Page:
Hindutva ideologues claim that 60,000 temples were demolished under Muslim rule. The professor of history explains how he came up with a figure of 80.
How many temples did Mughals destroyed?
From the Islamic Literary Sources, it’s clear that over the centuries the Muslim invaders and rulers of the medieval times were only carrying out the commandments of Islam when they eliminated, captured, enslaved, and violated not only Hindus and destroyed or desecrated over 10,000 Hindu temples and monuments whenever …
Did Hindu rulers destroy temples?
Hindu Kings never destroyed any Buddhist Temples. In fact helped build and protected a lot of buddhist temples like the Holkars and Marathas who protected the Buddhist stupas in the central india from Islamic invaders.
Who destroyed many temples in India?
In 1025, Mahmud sacked it for the first time. It was destroyed in 1299 by Allauddin Khilji of Delhi. After being rebuilt, it was destroyed again in 1395 by the Muslim governor of Gujarat. In 1665, another reincarnation of the temple was destroyed by the Mughal Emperor Aurangzeb.
Did Aurangzeb destroyed temple?
Aurangzeb was Muslim and destroyed Hindu temples, and though one must be careful not to suggest that life was easy for non-Muslims under his rule, it is clear that Aurangzeb did not destroy temples with the intent of persecuting Hindus.
Which temples are destroyed by Aurangzeb?
In 1669, he issued orders for general demolition of all temples, including the holiest ones such as Vishvanath in Varanasi, Somanath in Prabhasa and Keshav Rai in Mathura. When Aurangzeb invaded Orissa, he demolished all other temples but left Puri Jagannath intact as it was a source of great revenue for the Mughals.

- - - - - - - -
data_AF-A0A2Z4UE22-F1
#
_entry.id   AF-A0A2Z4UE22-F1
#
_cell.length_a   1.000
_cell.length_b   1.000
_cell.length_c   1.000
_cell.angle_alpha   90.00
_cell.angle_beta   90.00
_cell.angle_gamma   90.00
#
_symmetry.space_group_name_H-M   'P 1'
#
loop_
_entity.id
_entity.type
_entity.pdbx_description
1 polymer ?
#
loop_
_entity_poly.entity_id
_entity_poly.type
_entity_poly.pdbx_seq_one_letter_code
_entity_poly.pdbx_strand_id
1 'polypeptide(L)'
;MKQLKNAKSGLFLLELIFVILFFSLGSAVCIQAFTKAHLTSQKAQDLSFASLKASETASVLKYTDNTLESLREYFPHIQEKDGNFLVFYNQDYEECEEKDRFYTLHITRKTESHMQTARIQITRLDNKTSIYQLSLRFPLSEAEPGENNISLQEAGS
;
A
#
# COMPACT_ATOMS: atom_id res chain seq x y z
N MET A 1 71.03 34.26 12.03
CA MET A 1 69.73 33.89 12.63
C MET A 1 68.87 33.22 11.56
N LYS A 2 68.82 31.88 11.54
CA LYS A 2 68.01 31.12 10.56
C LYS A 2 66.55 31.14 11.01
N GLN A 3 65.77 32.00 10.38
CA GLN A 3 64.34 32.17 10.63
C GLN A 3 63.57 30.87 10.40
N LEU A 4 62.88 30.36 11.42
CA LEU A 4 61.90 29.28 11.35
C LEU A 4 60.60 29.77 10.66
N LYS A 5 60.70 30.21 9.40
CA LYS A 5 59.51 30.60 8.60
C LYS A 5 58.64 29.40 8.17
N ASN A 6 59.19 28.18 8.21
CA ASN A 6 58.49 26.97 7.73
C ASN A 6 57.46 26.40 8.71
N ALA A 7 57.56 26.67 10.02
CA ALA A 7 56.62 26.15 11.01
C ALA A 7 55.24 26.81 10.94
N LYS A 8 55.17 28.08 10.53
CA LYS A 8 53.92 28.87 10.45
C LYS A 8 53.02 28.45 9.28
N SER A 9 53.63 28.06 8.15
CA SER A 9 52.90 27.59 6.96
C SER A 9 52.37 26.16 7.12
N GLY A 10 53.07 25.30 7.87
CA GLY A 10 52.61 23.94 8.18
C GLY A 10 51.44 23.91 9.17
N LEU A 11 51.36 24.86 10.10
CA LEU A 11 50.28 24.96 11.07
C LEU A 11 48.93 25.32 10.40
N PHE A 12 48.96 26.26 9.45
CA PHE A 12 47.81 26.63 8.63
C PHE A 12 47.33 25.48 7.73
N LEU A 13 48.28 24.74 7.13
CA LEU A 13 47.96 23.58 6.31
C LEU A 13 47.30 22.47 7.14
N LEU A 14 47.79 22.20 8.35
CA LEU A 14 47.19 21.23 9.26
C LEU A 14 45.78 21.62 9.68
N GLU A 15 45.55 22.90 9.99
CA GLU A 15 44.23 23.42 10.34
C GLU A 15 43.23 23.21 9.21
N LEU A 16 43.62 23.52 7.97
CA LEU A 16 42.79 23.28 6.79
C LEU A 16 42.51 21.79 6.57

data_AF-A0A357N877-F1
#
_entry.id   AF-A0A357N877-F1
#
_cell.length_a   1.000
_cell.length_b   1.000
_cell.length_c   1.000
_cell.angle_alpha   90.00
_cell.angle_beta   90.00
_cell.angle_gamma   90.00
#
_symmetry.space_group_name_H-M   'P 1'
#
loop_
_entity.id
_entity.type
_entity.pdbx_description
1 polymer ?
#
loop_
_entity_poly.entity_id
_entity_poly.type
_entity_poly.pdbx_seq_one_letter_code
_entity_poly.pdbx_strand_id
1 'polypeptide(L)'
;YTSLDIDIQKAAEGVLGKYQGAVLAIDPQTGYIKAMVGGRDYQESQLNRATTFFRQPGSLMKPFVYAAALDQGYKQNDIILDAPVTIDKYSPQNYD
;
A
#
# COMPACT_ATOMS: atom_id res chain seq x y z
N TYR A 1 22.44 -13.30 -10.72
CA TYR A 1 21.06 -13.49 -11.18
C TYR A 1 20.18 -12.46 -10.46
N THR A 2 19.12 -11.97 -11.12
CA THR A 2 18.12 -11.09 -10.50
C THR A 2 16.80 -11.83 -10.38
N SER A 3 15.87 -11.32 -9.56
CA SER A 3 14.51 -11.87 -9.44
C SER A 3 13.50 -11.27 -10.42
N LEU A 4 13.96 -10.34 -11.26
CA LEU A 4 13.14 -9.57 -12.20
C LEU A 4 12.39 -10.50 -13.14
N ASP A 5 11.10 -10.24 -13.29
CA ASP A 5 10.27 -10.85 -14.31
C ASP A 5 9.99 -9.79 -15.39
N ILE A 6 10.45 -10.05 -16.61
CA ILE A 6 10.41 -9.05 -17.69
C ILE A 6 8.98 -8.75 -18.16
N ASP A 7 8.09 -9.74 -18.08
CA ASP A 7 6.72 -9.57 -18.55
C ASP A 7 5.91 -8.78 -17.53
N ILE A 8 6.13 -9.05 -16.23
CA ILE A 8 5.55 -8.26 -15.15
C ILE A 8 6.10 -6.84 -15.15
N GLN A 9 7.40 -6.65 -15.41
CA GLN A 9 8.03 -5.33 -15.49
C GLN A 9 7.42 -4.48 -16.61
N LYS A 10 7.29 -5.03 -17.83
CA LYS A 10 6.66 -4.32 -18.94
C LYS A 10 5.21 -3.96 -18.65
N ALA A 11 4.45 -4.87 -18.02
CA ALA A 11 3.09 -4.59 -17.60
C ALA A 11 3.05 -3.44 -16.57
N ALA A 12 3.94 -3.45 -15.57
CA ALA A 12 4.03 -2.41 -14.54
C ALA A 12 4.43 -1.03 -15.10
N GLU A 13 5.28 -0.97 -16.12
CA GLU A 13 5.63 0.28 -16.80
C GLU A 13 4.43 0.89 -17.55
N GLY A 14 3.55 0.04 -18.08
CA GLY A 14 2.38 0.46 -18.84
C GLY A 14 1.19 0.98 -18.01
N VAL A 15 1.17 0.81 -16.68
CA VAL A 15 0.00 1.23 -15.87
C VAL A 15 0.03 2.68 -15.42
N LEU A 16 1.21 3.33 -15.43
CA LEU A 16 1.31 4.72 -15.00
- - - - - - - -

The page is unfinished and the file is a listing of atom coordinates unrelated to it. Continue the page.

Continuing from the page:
Did Akbar destroy Hindu temples?
He forcibly converted Hindus to Islam and destroyed Hindu temples. He also re-introduced the jizya, a tax on non-Muslims, which had been suspended for the previous 100 years by his great-grandfather Akbar.
Who was the cruelest king of India?
Nevertheless, here are five facts that at least don’t fit into it.
- Aurangzeb built more temples than he destroyed. …
- Music flourished in India during Aurangzeb’s reign. …
- Aurangzeb employed more Hindus (including Shivaji) than any other Mughal.
- Aurangzeb’s mother tongue was Hindi.
Who destroyed Buddhist temples in India?
One of Qutb-ud-Din’s generals, Ikhtiar Uddin Muhammad Bin Bakhtiyar Khilji, who later becomes the first Muslim ruler of Bengal and Bihar, invaded Magadha and destroyed the Buddhist shrines and institutions at Nalanda, Vikramasila and Odantapuri, which declined the practice of Buddhism in East India.
Why did Mughals destroy temples?
Since temples in Mughal domains were understood as state property, those that were patronised by rebels who had formerly been loyal officials were subject to destruction, just as their patrons were subject to severe punishment. This probably explains why more temples were desecrated in his reign than in others.
How many temples were broken by Aurangzeb?
Richard Eaton, upon a critical evaluation of primary sources, counts 15 temples to have been destroyed during Aurangzeb’s reign.
How many temples did Mughals built?
His son Jahangir continued the tradition of supporting a multi-faith India by making significant additions to the grants approved by his father. He added at least two temples to the list of the thirty five supported by Akbar’s grant of 1598.
How did Hinduism survive Mughals?
Most of them paid Islamic tax but did not left Hinduism. In spite of second level treatment by Muslim invaders Hindus rejected idea of conversion to Islam. This saved them from conversion in Masses.
Who destroyed Trimbakeshwar temple?
Conversation. Untold Valour of our Ancients !! How many of us know that Aurangzeb destroyed original Trimbakeshwar temple, built a Masjid over it & renamed Nasik as Gulchhanabad. Marathas recaptured Nasik in 1751 pulled down the Masjid & rebuilt Trimbakeshwar – One of the 12 Jyotirlinga.
Who destroyed Mathura temple?
Aurangzeb attacked Mathura and destroyed that Keshavdeva temple in 1670 and built the Shahi Eidgah in its place.